The Care Quality Commission’s (CQC) annual assessment of the quality of health and social care in England shows that overall, quality has been largely maintained.(Ref 1)
An individual’s experience of care varies depending on where they live; and that these experiences are often determined by how well different parts of local systems work together.
CQC’s review cites Which? data, predicting that almost nine out of 10 council areas in England could see a shortfall in care home places by 2022 unless urgent action is taken.
So how can risk managers best mitigate the potential for long term changes in care-home provision?
The major care-home providers compose about a fifth of the market. According to a University of Manchester study, the financial models for nearly all the larger private equity-owned care home chains carry significant external debt and interest repayments (Ref 2). Meanwhile, spending on social care by austerity-hit local authorities has fallen in real terms, while costs have risen. Pressures on recruitment and retention, potential restrictions on immigration numbers post-Brexit, inflationary and increased operating costs are increasing the costs of social care and care homes provision. Staffing levels (and hence overall costs) and skill sets vary depending on types of care home, the dependency or disability of residents, and funding or payment mechanisms (Ref 3). These pressures must inevitably force some providers to exit the marketplace.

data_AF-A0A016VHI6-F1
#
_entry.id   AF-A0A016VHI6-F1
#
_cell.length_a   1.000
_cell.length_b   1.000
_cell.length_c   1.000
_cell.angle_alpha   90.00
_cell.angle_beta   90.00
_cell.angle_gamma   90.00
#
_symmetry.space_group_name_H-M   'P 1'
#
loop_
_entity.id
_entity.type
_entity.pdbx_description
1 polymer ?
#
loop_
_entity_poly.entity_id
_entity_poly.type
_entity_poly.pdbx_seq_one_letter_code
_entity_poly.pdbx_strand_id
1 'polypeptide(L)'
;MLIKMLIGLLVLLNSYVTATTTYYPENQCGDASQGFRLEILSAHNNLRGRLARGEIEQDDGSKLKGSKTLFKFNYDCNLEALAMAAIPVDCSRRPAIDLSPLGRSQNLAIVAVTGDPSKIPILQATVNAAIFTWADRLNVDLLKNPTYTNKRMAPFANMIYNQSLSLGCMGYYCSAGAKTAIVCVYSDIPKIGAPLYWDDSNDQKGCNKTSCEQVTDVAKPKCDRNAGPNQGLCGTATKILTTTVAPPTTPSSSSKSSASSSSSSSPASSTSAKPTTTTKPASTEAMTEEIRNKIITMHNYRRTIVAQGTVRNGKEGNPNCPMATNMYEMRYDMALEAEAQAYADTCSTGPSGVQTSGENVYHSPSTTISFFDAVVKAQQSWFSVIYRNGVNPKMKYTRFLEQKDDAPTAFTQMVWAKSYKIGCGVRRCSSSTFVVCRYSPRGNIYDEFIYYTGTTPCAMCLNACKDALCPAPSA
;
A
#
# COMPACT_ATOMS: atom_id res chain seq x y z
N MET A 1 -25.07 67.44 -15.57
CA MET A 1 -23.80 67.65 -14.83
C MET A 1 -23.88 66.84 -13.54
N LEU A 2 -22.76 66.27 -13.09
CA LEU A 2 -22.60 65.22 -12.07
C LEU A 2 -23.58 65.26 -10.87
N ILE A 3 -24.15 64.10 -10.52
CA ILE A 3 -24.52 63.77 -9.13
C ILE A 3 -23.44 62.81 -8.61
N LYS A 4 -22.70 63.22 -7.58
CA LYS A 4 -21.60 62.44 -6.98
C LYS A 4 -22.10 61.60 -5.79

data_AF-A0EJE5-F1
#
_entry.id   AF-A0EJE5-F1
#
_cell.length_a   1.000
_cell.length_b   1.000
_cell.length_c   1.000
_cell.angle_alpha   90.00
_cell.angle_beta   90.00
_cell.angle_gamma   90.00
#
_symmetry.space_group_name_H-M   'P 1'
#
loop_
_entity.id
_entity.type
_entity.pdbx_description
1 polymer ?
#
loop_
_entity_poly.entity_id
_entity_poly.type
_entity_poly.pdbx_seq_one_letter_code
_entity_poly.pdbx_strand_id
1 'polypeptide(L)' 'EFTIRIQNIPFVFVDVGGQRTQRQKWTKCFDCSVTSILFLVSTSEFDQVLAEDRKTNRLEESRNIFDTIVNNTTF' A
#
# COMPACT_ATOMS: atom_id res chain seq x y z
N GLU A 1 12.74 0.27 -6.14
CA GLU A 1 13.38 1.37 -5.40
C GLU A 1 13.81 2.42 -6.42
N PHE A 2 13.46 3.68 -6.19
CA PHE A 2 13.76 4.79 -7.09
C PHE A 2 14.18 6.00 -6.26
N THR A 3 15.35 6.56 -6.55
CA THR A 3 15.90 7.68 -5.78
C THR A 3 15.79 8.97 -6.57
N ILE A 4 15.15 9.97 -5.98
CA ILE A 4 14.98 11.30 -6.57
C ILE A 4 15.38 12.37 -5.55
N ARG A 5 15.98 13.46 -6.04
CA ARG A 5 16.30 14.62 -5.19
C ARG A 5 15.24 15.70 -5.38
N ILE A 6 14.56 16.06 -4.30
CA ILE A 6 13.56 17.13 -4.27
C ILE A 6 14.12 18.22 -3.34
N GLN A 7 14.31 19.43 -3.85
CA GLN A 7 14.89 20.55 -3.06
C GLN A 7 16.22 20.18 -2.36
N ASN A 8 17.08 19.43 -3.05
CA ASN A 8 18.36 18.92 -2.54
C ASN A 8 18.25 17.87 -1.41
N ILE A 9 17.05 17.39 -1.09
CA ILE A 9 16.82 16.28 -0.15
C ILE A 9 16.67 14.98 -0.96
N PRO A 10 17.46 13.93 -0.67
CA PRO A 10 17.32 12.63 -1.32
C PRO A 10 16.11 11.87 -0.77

There are a number of critical activities that the local authority must undertake, to fulfil their duty of care (Ref 4). These include:
- oversight of the financial viability of care home providers
- financial oversight arrangements are augmented by working with other local authorities to annually monitor the financial viability of the service providers
- independent monitoring of the standard of care
- care home managers ensure staff are sufficiently trained to provide appropriate levels of care
- care home providers produce timely information and bills to residents
- owners and operators demonstrate a drive for continued improvements in care standards
The Care Act Statutory Guidance of August 2017 (Ref 5) places a duty on the local authority in arranging and funding of social care in the authority’s area, irrespective of contracts or not with that provider.
Local authority risk managers should be developing plans that will prevent or mitigate potential for disruptions to social care provision, and hence enable the Council to effectively respond to service loss.
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